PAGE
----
Steve is out there fighting every day. Most people don't see it, but I have a pretty good idea of what goes on. But when everyone is "too tired" to act in their own self interest, then he's one guy trying to browbeat the producers into doing the right thing. You're free to characterize that as "blaming the membership," but when he goes to studio X and yells that show Y is abusing people, the producer will expect some specifics. Like who exactly is being abused, and how. If Steve's answer is, "Well, I heard anonymously that things are bad, but no one is willing to own up to it," then the producer gets a free pass.

And I think you also vastly overstate the dangers of standing up. Yes, it's entirely possible that the squeaky wheel will get punished. But my experience (and I don't mean as union president, but well before that) and from my observations, it often only takes one or two artists speaking up in a firm but respectful way to make solve a lot of problems. Too many members work in unnecessary fear. Frankly, I have seen more production people fired than artists as a result of people standing up for their rights.

Now, to the suggestion of a specific surveys or a "problem blog." It might be worth a try, but here's some hopefully useful background. The wage survey, which clearly benefits everyone, and which takes literally 15 seconds to fill out, has a return rate that's usually under 30%. That's about the rate at which active members bother to vote for the CBA every three years. So the vast majority of active members can't be bothered to take a few seconds to be involved in even the most superficial way.

When we've done more complex surveys, like polling people on what kind of training would be useful to them, response rates drop to the single digits. And these were relatively simple surveys. Having designed a few surveys, I can tell you it would be almost impossible to have specific questions that would cover every job category and type of show, and just asking open ended questions both drops the response rate and generates data that can't be categorized. Plus for many people even a survey every 6 months wouldn't be timely.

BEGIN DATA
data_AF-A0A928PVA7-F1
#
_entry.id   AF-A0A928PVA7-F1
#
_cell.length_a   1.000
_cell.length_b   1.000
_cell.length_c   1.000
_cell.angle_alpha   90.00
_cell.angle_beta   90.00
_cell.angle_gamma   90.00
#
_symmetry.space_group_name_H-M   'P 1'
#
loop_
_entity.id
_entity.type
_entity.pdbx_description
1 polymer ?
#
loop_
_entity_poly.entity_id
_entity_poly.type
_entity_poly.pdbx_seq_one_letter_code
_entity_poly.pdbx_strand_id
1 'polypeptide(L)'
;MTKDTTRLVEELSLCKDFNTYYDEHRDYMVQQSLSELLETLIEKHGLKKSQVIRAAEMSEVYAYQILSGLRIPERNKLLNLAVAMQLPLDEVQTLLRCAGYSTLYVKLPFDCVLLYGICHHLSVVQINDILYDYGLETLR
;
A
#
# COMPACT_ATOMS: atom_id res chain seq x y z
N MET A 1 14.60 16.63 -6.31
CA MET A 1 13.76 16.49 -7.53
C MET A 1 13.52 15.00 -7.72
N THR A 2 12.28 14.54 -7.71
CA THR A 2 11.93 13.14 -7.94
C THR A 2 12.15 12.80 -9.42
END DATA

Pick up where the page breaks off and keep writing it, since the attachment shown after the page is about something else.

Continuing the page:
Another example of leadership in action: we got a lot of feedback that story artists were being abused, primarily in TV. So not long ago we called a special meeting of all story artists to come give specifics, with the intent to use that information in guiding the upcoming CBA negotiations. We saw a problem, and we needed the kind of concrete info you call for to formulate solutions. I believe less than a dozen people showed up. It did lead to some CBA proposals, but this turned into another case of trying to lead with few willing to follow.

Regarding internet communication, a couple of years ago (and frankly inspired by AnimationNation) I spearheaded the formation of a local 839 bulletin board. I thought it would be a perfect venue for people to talk, especially anonymously, about what was going on in their workplace. We never got a single post highlighting a problem.

As the system works now, Steve literally asks people face to face how things are going. He does this every day at a different studio. People also reach him by phone (he even freely gives out his home phone number -- ask other locals if their business agents do that) and email. And now we have this blog as another avenue of communication.

I know this is a ridiculously long post, but these are issues that Steve and I brainstorm about all the time. You may not be aware of a fraction of these efforts, so it seems to you that no one's leading the path. My hope is that this blog will be both a venue for members to better understand what their leadership is doing, and to get more involved as you've done by commenting.

Steve Hulett said...


Just so you know, I have often gone to studios on weekends and late at night to see if OT is being paid.

Sometimes it is, sometimes it isn't, and many times I have to cajole people into verifying what they're doing (working upaid OT.)

We were very successful getting a lot of board clean-up artists at Disney TVA wages they were owed. We were effective getting DreamWorks animators unpaid OT. But there are times when our best isn't good enough. You see, if members won't verify the abuse, won't agree to testify at an arbitration hearing, we have no case.

Every union and guild in this town is only as strong as the members allow it to be.